To call attention to a brand category no one ever thinks of, door locks, Indianapolis-based ad agency Young & Laramore, from June 23 - 27 held the first-ever Schlage "Key to Strong Challenge," locking a man in a tiny house in downtown Seattle and sending residents on a physical and digital scavenger hunt to track down the key to unlock him for a chance to win a $5,000 Grand Prize.
The event, which is part of a larger campaign which includes TV that launched last month, garnered some hefty exposure for Schlage and, we are told, fueling double-digit sales growth in stores.
As part of its ongoing negotiations with Dish Network which dumped the network from its lineup, AMC has unleashed real-life Walking Dead zombies in New York City posing as EMTs, street workers, cops, pedestrians and hot dog vendors. Needless to say, the stunt scared the crap out of people but also brought a few laughs.
Employing a unique strategy to pimp its vodka client, Ultimat, Amalgamated hired window washers, spruced them up a bit and sent them up and down the sides of high rises in New York and Chicago with placards urging workers to take a break, work less and join the brand atop the roof for a vodka-fueled party.
Ingenious if you ask us. And quite successful. In just four short days, the video, which as we all know is the meat of the campaign (not the actual stunt), already has over one million views.
Following it's ironic effort to make it hip to eat at Applebee's, the brand is out with a less ironic but questionably practical approach to encouraging more people to lunch at their restaurants. Believing that every cube-caged worker in America deserves to get out of the office for lunch, the brand has launched a line of Lunch Decoy inflatable dolls workers can place in their cube to trick their bosses into thinking they are working through lunch.
The dolls are available for $6.99 and come in both genders and a variety of ethnicities. The effort aims to call attention to the chain's Pick 'N Pair lunch menu. We're not sure the Crispin Porter + Bogusky-created tactic will be as foolproof as the brand would like it to be but it's sure to get a few laughs from the bosses who still possess a sense of humor.
OK so not real cows but a bunch of humans - dance troupe Boadicea, dressed as cows getting their groove on at London's King's Cross Station. Called Supporting Better Dairy, the campaign is a partnership between Ben & Jerry's, Compassion in World Farming and the World Society for the Protection of Animals.
Check out the video below and the accompanying website here. The work was created by Lee Washington.
OK. So it's the old "flop them around in a stunt driver-driven car" scenario. Except this time, there's no bulging breasts bursting out of button down blouses. Just regular people experiencing what it's like to ride in a BMW with Goodyear Eagle F1 Asymmetric All-Season tires.
The work comes from GSD&M and was directed by Ben Conrad. In the video, passengers experience all manner of road hazard from oncoming vehicles to stuff faling out of a truck to rain-covered roads and even some winter weather thrown in.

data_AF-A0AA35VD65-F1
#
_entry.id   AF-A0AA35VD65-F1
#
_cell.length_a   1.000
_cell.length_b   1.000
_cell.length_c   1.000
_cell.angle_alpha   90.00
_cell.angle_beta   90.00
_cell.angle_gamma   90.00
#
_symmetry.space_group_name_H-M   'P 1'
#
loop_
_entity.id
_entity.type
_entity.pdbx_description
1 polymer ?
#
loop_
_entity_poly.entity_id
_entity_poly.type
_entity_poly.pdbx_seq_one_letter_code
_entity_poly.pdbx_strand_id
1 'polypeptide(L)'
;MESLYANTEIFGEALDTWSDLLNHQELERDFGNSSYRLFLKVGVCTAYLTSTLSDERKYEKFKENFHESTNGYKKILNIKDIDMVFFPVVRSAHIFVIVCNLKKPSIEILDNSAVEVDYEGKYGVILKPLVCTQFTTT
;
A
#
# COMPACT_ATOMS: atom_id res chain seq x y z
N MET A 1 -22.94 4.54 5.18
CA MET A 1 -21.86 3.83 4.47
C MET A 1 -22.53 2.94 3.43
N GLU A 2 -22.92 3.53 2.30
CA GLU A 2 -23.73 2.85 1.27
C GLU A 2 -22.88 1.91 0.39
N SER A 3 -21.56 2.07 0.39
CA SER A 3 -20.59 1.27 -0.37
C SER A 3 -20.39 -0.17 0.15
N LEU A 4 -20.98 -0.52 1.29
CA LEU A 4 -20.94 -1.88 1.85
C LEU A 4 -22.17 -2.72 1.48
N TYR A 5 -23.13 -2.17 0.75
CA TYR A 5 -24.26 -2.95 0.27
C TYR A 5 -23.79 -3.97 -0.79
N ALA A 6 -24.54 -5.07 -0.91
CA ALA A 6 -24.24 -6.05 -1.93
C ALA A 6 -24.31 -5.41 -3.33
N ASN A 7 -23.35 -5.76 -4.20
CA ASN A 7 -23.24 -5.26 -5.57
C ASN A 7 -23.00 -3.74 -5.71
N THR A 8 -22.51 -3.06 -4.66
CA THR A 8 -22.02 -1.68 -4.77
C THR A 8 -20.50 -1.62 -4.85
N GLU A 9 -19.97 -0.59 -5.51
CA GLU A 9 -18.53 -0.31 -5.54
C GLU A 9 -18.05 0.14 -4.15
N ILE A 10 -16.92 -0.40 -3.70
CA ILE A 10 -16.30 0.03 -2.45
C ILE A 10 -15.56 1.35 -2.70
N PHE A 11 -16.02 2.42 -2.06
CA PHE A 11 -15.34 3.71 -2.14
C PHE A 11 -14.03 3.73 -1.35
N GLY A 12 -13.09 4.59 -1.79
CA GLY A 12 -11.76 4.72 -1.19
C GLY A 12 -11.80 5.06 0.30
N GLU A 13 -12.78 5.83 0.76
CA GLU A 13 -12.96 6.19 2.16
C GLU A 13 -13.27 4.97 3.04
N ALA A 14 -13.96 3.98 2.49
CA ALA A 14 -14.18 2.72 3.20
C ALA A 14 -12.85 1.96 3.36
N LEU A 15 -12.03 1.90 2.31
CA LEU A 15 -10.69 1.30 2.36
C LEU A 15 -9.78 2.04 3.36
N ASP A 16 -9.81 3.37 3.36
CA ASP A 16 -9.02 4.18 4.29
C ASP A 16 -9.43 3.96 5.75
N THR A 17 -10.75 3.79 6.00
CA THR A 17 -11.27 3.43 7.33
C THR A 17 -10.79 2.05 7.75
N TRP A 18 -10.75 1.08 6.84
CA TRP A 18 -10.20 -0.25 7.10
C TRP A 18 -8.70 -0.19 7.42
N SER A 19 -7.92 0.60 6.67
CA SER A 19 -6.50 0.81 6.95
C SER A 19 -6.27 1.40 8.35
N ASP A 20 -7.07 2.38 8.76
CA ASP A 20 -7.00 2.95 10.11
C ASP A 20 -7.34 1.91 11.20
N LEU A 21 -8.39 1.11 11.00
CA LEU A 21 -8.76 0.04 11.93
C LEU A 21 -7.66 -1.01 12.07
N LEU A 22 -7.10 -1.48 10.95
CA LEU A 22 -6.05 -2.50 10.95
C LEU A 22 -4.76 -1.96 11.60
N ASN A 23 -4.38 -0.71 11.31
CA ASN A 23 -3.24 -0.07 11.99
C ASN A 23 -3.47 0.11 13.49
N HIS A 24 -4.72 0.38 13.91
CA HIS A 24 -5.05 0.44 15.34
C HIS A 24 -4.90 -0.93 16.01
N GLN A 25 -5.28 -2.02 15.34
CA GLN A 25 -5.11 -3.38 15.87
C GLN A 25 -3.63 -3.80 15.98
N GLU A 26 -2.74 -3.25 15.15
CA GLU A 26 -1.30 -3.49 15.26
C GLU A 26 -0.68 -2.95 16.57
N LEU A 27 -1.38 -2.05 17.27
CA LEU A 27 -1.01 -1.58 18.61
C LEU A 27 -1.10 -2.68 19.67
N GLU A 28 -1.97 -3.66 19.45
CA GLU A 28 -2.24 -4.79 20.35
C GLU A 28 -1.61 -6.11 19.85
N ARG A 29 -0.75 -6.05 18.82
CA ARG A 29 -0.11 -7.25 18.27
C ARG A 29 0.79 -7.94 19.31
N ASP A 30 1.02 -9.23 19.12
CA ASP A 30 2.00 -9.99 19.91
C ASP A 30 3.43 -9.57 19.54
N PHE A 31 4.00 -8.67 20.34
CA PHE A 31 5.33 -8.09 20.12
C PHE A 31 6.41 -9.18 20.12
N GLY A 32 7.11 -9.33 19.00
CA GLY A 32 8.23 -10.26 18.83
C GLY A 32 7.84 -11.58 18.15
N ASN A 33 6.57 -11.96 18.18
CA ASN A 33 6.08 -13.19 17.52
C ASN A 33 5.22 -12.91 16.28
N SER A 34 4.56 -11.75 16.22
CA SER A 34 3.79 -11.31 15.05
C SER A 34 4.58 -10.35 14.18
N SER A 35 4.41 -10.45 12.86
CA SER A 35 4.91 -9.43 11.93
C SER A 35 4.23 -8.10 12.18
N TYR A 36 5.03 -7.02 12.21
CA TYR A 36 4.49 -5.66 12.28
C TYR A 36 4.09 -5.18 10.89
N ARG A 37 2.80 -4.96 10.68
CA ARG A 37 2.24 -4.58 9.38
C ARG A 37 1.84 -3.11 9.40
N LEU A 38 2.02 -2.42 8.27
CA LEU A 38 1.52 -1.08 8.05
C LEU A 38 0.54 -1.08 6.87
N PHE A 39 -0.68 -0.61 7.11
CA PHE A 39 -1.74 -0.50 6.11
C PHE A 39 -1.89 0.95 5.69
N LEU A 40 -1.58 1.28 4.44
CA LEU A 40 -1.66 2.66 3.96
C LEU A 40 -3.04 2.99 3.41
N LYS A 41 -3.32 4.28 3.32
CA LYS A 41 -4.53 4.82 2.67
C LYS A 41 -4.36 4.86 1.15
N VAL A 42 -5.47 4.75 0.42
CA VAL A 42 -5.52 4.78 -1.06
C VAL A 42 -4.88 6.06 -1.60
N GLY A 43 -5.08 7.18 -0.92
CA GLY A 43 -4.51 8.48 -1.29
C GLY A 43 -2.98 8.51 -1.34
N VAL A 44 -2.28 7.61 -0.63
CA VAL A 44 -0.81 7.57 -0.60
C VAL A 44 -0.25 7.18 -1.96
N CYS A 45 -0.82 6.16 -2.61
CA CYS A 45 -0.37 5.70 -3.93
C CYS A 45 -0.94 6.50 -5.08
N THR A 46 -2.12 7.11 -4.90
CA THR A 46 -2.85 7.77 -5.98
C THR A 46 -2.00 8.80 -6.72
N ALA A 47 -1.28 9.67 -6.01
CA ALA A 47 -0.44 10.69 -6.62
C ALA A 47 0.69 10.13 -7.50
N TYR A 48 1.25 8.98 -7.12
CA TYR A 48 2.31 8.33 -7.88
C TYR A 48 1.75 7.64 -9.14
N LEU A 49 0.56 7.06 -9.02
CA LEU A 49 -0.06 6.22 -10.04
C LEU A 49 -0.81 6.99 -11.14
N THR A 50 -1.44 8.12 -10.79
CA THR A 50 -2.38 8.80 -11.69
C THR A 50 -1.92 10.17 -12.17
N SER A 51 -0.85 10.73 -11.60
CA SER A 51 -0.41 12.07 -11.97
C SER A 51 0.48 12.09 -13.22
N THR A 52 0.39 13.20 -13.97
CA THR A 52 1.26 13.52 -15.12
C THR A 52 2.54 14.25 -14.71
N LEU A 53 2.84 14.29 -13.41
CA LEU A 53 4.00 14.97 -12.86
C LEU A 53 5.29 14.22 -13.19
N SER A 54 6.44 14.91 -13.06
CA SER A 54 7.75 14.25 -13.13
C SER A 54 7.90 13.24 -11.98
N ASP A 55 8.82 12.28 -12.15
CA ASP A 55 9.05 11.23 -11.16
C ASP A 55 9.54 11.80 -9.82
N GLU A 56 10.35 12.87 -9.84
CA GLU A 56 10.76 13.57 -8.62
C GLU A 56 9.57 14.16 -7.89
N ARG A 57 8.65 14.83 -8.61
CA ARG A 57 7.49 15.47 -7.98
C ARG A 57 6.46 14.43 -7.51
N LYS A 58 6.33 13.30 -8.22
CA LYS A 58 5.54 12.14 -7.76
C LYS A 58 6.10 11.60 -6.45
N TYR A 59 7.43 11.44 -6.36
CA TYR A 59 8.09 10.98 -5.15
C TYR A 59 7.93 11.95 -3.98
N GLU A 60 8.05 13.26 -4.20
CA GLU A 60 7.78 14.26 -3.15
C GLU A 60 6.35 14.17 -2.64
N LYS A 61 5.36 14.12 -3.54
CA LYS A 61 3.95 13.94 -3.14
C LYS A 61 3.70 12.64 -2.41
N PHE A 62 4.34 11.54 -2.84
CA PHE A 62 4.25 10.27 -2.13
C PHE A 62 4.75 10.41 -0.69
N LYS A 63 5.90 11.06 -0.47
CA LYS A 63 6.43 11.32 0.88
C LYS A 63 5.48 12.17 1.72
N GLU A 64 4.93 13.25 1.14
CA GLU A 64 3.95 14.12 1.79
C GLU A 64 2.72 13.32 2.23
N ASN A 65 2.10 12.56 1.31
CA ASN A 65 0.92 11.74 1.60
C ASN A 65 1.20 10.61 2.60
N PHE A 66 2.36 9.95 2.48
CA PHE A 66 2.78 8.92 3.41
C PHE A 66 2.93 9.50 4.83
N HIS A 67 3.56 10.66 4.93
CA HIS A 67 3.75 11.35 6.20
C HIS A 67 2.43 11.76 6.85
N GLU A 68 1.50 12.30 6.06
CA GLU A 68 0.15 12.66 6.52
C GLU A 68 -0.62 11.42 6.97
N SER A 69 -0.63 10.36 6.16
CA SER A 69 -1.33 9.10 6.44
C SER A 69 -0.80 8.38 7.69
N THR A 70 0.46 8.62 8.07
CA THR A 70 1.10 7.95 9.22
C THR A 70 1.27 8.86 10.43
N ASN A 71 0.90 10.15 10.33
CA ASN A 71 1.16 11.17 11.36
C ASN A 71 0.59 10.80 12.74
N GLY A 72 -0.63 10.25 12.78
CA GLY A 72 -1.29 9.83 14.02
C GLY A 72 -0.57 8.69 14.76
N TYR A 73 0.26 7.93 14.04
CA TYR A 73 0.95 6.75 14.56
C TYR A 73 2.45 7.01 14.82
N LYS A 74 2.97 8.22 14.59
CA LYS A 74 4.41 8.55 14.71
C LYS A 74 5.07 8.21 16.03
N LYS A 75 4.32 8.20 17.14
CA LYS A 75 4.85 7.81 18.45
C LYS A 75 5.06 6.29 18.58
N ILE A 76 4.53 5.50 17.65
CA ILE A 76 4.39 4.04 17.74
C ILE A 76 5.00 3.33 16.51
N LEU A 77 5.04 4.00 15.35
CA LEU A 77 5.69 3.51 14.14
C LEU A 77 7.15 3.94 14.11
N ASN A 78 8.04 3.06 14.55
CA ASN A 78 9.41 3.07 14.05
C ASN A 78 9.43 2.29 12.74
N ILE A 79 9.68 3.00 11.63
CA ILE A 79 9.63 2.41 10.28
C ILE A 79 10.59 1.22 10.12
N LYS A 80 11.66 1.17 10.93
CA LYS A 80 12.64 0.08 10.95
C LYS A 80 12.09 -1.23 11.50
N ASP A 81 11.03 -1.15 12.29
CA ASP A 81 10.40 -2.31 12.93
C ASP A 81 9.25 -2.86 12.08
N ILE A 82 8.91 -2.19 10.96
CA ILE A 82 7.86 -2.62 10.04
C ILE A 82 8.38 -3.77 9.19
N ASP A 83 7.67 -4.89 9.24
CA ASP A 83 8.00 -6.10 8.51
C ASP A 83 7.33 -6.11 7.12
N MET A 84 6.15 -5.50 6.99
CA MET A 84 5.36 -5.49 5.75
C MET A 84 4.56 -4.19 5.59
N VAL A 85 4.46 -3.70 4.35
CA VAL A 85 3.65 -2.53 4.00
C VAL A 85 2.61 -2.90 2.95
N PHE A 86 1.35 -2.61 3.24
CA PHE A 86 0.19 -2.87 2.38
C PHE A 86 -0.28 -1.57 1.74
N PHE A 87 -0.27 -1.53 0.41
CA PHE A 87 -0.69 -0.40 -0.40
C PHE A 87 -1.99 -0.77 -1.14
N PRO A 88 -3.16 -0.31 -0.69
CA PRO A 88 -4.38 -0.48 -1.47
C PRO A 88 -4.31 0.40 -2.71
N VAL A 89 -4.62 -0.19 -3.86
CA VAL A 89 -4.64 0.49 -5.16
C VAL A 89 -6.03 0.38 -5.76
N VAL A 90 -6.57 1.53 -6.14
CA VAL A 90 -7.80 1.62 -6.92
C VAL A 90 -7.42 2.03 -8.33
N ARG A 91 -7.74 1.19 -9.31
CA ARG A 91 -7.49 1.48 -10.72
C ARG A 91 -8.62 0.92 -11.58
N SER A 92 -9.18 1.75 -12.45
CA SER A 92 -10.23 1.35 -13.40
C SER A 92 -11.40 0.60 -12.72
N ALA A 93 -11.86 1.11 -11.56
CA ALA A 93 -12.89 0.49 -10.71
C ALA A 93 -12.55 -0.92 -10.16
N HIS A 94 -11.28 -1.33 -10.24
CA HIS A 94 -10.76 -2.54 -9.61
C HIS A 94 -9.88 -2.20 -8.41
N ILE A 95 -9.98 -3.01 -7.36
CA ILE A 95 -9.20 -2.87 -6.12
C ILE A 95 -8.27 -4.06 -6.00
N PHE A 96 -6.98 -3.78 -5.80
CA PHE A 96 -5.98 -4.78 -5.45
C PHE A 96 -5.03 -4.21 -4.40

It's always amusing to see how far people will go to get something for free. Or, more accurately, what they're willing to do in public in response to a marketers guerrilla shenanigans.
Recently, BBDO Adelaide asked Australians to perform a few tasks - from pushing a button to dancing to kneeling and bowing to "the almighty one" - to receive some treats from a Fantastic Delites vending Machine.
Apparently, this is just the beginning. The video ends with the text, "Did they go far enough? To be continued..." Which basically guarantees we'll be seeing more shenanigans soon enough.
Australian bank NAB is at it again with its ingenious stunts. This time its rewarding honesty by instantaneously launching real-time campaigns to thank people who found and returned objects in a mall. After returning the object, stunned shoppers begin to see their likeness pop up on posters, dioramas and even on the top of a cake. Check out the video.
It's all part of the bank's ongoing focus on honesty which kicked off a year or so ago when it set itself apart from other banks by hanging its hat on the notion of honesty. The campaign is the work of Clemenger BBDO Melbourne.
Call us stupid but advertising is, at least in some small way, supposed to show a relevant product benefit, right? So just what the hell does a car that catches a golf ball have to do with, well, anything? Nothing, actually. All UK agency Weapon7 and Mercedes Benz wanted to do here was get into Guinness World Records for the farthest golf shot caught in a moving car. Yea, that has a whole lot to do with how the Mercedes Benz SLS AMG Roadster performs in everyday life.
Every time we hear that some amazing new nightclub is opening somewhere in some city and that it's destined to be the next biggest, best thing the nightclub the scene has ever seen, we can't help but envision all the hipsterific idiots and their bitchy girlfriends shouting at the bouncer demanding to be let in as if their life is going to somehow be change by the experience.
We chuckle at the, well, chuckleheads who somehow think they need sunglasses to see at night. We witness all the not so subtly self-conscious girls checking each other out to see who's wearing the tightest, shortest minidress that shows the most amount of cleavage. And we especially get a kick out of the photographers who are more concerned with how the gymnastically twirl their camera around while taking pictures rather than actually knowing how to properly use it.